Evan Greebel, the law firm partner arrested alongside now convicted felon Martin Shkreli, is facing his own criminal trial in October on two charges, including one in which Shkreli was convicted.

But Greebel is likely buoyed by the acquittal last week of Shkreli on the second charge in which the two were joined and which may present challenges for prosecutors at Greebel’s October trial.

Federal prosecutors charged the pair in 2015, alleging Shkreli defrauded former hedge fund investors and then conspired with Greebel to defraud biopharmaceutical company Retrophin Inc., where Shkreli was CEO until 2014.

Greebel was Retrophin’s outside counsel and a partner at Katten Muchin Rosenman at the time of the alleged fraud. He joined Kaye Scholer in summer 2015 but resigned in early 2016, after the indictment.

Prosecutors charged Greebel and Shkreli together in two counts: conspiracy to commit wire fraud related to Retrophin and conspiracy to commit securities fraud related to Retrophin stock.

Their cases were severed earlier this year, with Greebel’s trial following Shkreli’s. Greebel’s trial is set for Oct. 18.

While Shkreli was convicted Aug. 4 of three counts, he was acquitted of five, including count seven, wire fraud conspiracy, in which prosecutors alleged that Shkreli conspired with Greebel and others to defraud investors in Retrophin.

Shkreli’s lawyer, Benjamin Brafman, has said the loss of count seven—which he called the “money count”—reduces Shkreli’s potential sentence from eight years to less than one year.With Shkreli’s acquittal on that count, prosecutors have a steeper battle at trial against Greebel on the same charge, according to defense attorneys observing the case.

“I would see it as a positive step” for Greebel, said Michael Weinstein, who leads his firm’s white-collar defense practice at Cole Schotz.

The acquittal of Shkreli on count seven “could potentially have an impact” on Greebel’s trial, he said, because the government may re-evaluate how it brings the case and the sufficiency of its proof. “Is there evidence the prosecution did not utilize in the first trial that they will utilize in the second?” he asked.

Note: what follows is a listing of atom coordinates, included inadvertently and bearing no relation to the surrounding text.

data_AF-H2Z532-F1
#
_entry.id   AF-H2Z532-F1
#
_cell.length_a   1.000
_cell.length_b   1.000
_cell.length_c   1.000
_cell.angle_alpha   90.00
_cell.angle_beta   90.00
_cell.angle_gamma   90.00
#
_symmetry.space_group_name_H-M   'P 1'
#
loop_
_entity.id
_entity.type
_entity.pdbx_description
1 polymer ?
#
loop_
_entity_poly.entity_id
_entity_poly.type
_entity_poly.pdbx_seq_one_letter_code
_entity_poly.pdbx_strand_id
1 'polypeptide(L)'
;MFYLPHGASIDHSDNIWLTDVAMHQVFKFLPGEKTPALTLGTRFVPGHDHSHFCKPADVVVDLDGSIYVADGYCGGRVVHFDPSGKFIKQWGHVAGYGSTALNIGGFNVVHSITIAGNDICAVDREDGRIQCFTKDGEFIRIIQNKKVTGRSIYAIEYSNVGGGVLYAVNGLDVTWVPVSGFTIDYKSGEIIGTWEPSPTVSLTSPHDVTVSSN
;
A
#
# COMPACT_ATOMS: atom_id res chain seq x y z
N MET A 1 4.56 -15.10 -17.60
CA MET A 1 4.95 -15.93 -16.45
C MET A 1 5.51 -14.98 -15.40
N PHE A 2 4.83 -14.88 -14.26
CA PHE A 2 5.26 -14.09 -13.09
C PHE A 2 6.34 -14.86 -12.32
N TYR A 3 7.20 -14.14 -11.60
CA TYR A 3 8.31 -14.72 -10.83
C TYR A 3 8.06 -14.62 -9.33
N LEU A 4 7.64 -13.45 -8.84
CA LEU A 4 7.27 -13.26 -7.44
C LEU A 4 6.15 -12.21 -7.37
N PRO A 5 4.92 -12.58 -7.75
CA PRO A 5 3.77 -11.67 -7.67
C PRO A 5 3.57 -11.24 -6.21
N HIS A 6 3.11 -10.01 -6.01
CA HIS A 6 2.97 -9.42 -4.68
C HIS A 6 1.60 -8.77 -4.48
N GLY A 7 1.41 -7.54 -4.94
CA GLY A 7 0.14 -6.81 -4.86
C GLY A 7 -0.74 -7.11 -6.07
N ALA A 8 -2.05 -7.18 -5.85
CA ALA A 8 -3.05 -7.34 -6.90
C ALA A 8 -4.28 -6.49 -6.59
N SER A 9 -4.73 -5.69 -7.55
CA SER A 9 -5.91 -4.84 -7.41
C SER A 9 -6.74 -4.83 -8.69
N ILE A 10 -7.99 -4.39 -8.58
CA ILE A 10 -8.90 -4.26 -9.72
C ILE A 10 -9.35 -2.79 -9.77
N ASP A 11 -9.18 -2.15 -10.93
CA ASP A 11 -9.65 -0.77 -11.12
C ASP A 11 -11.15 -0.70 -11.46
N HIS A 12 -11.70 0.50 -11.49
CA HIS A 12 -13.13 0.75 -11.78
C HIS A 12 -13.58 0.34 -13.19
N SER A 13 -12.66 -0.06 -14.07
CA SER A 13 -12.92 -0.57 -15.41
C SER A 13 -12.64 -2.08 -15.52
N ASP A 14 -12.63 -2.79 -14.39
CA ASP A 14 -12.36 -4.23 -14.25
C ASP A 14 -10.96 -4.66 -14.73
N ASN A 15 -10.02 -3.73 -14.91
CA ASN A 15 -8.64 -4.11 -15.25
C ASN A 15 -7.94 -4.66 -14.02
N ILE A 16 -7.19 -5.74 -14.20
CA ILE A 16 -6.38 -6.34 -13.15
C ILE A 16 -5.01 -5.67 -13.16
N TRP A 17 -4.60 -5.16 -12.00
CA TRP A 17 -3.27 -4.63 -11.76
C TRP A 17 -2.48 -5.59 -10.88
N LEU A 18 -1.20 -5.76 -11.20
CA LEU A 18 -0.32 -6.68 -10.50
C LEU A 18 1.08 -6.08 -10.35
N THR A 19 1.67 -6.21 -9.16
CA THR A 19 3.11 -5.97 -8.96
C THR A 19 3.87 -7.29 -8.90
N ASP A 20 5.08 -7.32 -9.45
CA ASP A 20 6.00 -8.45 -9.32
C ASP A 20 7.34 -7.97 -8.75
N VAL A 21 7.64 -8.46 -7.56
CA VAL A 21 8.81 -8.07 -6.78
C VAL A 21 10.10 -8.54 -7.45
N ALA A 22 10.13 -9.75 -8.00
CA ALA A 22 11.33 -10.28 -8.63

Another observer, Alfredo Mendez, a partner at Abrams, Fensterman, Fensterman, Eisman, Formato, Ferrara, Wolf & Carone, said “it’s always good news” for a co-defendant when a jury acquits a co-conspirator. “Obviously the jury acquitting Shkreli found there was no such agreement between Shkreli and [Greebel],” he said.

“But the caveat is that [Greebel] will be tried before another jury,” and the prosecution now has an opportunity to present additional evidence—if they have it, he said.

Offering his perspective on Greebel’s case, Brafman said count seven “is at best, now hanging by a thread.”

Reed Brodsky, Greebel’s attorney and a partner at Gibson, Dunn & Crutcher, declined to comment.

‘Flip Side of the Coin’

On the other hand, Shkreli was convicted of count eight for securities fraud conspiracy, the other count facing Greebel.

Prosecutors alleged the two conspired to secretly control a large portion of Retrophin stock.

“The fact that he was convicted of a count that involved his attorney, that’s the flip side of the coin. An acquittal is good news—a conviction not so much,” Mendez said.

And on Aug. 4, U.S. District Judge Kiyo Matsumoto of the Eastern District of New York rejected Greebel’s attempt to kick that charge out of the indictment.

Greebel’s defense attorneys at Gibson Dunn had argued that the charge should be dropped because it didn’t identify an unlawful objective of the conspiracy.

But Matsumoto said in a ruling Aug. 4 that the indictment “alleges more than sufficient detail” and Greebel’s arguments “are not persuasive.”

The indictment, she said, “sufficiently alleges that [Greebel] knowingly and willfully agreed to assist [Shkreli] to fraudulently gain and conceal control of unrestricted Retrophin shares, through manipulative, deceptive and fraudulent means.”

However, the judge allowed some language to be dropped from the indictment, which Greebel argued would have permitted the government to expand the charges against him by implicating him in other schemes.